Why? “Because the madmen are coming.” Except they aren’t, and Praes ISN’T coming. It’s the same sort of high-minded pretext would-be conquerors always proclaim. A Crusade versus Praes will by necessity involve an attack on the breadbasket of Praes: Callow. Sure, sure, Cordelia will shed a few crocodile tears for the tens of thousands of Callowan farmers and their families that will starve the winter following her resource-denial slash-and-burn campaign, but she’ll have Uncle Klaus give the order with a clear conscience and go to an untroubled sleep that night nevertheless.

    Liked by 2 people

    1. stevenneiman

      As I understand it, the difference between Good and Evil is that Good tries to serve the Heavens, while Evil is allowed to serve its own ends, with little import placed on what those ends are. For that reason, Black and Cat are both evil, even though Black regularly uses genuine improvements to the standard of living as means to an end, and Cat’s ends are about improving things for her people out of genuine (if ruthlessly calculating) benevolence.
      I’m still not sure what exactly the Tyrant wants, but I very much doubt that it’s anything good for the Heavens, so he is Evil.
      On the other side, Hanno, Cordelia, and the Bard all serve the Heavens instead of choosing their own goals, though only the Bard really understands what that means, and she’s even less human than Black.
      The interesting thing is that of that list, one of the villains is the only one who considers the deaths of innocents to even be a negative consequence of her plan, everyone else just considers whether mass murder is the most efficient tool to achieve their objectives, and Kairos might or might not do it anyway because it’s funny.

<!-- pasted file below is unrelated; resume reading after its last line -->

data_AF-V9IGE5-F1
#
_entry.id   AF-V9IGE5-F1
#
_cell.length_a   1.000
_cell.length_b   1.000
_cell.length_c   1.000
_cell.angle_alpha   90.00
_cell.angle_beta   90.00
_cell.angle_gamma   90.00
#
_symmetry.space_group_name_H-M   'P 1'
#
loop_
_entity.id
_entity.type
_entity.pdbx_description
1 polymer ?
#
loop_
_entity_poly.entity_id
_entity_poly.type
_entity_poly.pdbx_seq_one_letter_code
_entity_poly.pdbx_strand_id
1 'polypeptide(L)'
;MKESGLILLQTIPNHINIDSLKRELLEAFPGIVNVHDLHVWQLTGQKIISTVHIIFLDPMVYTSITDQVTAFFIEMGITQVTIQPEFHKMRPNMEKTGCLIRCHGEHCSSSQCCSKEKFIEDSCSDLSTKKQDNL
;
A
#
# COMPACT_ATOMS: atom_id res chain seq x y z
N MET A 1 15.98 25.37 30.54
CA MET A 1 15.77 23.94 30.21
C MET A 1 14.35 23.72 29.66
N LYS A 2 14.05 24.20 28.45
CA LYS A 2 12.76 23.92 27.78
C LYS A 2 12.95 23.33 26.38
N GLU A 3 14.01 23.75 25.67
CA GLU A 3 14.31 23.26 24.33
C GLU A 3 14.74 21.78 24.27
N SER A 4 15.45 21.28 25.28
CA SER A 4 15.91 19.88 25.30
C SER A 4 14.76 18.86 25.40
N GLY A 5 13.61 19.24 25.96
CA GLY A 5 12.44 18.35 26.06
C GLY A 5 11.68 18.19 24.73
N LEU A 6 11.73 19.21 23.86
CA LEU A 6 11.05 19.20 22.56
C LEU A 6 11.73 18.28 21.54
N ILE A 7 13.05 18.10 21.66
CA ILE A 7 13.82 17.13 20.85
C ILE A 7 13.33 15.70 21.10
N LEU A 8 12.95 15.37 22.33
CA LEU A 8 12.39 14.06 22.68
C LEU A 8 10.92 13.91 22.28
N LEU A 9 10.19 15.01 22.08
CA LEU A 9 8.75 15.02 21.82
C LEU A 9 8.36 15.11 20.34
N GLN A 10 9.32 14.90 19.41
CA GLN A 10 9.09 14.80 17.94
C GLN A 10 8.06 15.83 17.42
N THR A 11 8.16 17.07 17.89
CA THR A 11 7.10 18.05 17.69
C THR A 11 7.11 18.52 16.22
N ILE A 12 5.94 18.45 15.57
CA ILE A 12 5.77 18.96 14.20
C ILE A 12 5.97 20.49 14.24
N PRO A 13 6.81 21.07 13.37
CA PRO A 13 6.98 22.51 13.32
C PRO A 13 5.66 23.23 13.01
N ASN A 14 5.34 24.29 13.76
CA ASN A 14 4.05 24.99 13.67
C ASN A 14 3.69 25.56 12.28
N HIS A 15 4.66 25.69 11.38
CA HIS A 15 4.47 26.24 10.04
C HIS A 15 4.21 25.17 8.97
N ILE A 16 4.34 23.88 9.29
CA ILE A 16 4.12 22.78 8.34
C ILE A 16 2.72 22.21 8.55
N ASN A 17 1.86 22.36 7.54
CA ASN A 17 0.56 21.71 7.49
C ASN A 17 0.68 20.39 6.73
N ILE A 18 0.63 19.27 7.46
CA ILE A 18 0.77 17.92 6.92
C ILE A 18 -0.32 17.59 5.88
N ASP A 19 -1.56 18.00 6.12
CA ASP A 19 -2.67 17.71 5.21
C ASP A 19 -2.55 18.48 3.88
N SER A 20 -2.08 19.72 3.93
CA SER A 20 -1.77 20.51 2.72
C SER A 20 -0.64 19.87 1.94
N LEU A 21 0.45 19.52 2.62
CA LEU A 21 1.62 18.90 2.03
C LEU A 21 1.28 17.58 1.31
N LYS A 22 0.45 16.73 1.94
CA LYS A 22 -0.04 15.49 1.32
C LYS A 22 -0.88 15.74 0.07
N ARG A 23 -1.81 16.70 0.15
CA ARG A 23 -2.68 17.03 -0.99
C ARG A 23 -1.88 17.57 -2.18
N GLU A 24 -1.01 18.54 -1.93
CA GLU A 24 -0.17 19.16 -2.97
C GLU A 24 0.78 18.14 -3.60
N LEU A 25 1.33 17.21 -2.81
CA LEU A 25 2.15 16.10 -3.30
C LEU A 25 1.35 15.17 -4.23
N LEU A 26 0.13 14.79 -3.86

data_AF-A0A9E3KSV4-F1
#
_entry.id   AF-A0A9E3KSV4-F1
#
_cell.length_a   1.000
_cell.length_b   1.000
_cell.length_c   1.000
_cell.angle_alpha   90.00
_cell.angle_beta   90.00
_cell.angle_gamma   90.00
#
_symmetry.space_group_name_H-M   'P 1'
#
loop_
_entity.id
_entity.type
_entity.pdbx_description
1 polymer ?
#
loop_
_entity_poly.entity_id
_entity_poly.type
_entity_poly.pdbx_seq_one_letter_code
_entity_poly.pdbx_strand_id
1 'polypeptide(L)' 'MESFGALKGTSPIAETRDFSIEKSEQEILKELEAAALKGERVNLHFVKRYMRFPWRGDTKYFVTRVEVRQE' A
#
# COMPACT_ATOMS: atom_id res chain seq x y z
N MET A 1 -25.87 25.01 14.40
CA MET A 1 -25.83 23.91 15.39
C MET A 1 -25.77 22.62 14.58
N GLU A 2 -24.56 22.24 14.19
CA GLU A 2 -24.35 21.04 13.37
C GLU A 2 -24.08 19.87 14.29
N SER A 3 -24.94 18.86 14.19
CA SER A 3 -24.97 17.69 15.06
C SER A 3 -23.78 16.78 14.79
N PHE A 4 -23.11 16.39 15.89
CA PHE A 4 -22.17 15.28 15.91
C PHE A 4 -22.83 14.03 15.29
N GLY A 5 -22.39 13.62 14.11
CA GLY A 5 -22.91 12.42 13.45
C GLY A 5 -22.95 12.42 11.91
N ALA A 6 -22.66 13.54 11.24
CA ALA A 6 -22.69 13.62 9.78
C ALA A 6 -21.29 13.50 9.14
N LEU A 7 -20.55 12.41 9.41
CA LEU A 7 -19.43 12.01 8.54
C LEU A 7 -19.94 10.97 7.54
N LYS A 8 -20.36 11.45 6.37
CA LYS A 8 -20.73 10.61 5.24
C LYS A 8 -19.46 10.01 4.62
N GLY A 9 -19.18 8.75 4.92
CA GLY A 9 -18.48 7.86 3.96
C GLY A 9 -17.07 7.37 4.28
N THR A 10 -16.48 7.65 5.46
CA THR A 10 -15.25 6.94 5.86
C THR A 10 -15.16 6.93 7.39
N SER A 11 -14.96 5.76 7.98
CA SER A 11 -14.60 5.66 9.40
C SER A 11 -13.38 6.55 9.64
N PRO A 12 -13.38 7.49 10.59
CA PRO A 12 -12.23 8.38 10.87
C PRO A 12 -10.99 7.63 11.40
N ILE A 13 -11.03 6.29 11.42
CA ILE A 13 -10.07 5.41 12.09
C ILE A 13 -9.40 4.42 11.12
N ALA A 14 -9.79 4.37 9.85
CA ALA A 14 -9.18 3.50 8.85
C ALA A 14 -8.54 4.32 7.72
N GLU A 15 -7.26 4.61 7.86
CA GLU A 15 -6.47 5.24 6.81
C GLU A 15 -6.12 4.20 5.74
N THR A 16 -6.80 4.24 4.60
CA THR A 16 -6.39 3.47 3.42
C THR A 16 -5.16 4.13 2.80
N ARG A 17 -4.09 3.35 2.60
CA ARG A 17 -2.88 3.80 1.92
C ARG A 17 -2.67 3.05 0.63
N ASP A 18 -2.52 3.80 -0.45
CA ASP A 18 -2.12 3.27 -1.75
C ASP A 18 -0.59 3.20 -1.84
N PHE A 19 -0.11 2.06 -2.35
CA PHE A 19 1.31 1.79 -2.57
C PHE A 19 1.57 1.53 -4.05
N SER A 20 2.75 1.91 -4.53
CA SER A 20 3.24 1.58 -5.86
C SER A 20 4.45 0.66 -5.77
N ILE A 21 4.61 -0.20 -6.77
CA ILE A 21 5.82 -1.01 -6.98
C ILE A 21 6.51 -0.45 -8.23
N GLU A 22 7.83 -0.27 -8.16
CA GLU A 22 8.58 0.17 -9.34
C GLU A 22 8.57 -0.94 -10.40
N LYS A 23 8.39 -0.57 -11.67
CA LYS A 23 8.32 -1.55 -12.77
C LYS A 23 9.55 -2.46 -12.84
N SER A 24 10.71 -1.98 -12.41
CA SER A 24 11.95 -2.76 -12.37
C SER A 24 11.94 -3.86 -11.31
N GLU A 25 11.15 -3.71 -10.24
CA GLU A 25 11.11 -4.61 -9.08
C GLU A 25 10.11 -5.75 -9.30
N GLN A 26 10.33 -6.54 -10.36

Liked by 1 person

    2. Dylan Tullos

      Shawn Panzegraf:

      The White Knight may have surrendered his free will to the Heavens, just as the Lone Swordsman did, but he hasn’t done anything particularly unethical. Hanno hasn’t targeted civilians, subverted anyone else’s free will, or done anything except fight the Tyrant and his soldiers in open battle. Until his ethics are tested, we can’t actually know whether he would kick puppies or burn down orphanages because an angel told him to. As of now, the only person he’s done his coin flip on is the Tyrant, who practically has EVIL written on his forehead in giant flashing letters.

      I find his band quite likeable and entertaining. Ashen Priestess is (or was) the big sister, the responsible adult babysitting her enthusiastic but frustrating little sister and the Champion. I cracked up when the Champion suggested that only the wimpy Free Cities version of the Book of All Things prohibits cannibalism. I’m pretty sure that they’re fighting Kairos because he’s obviously, gleefully evil, not because Hanno told them to.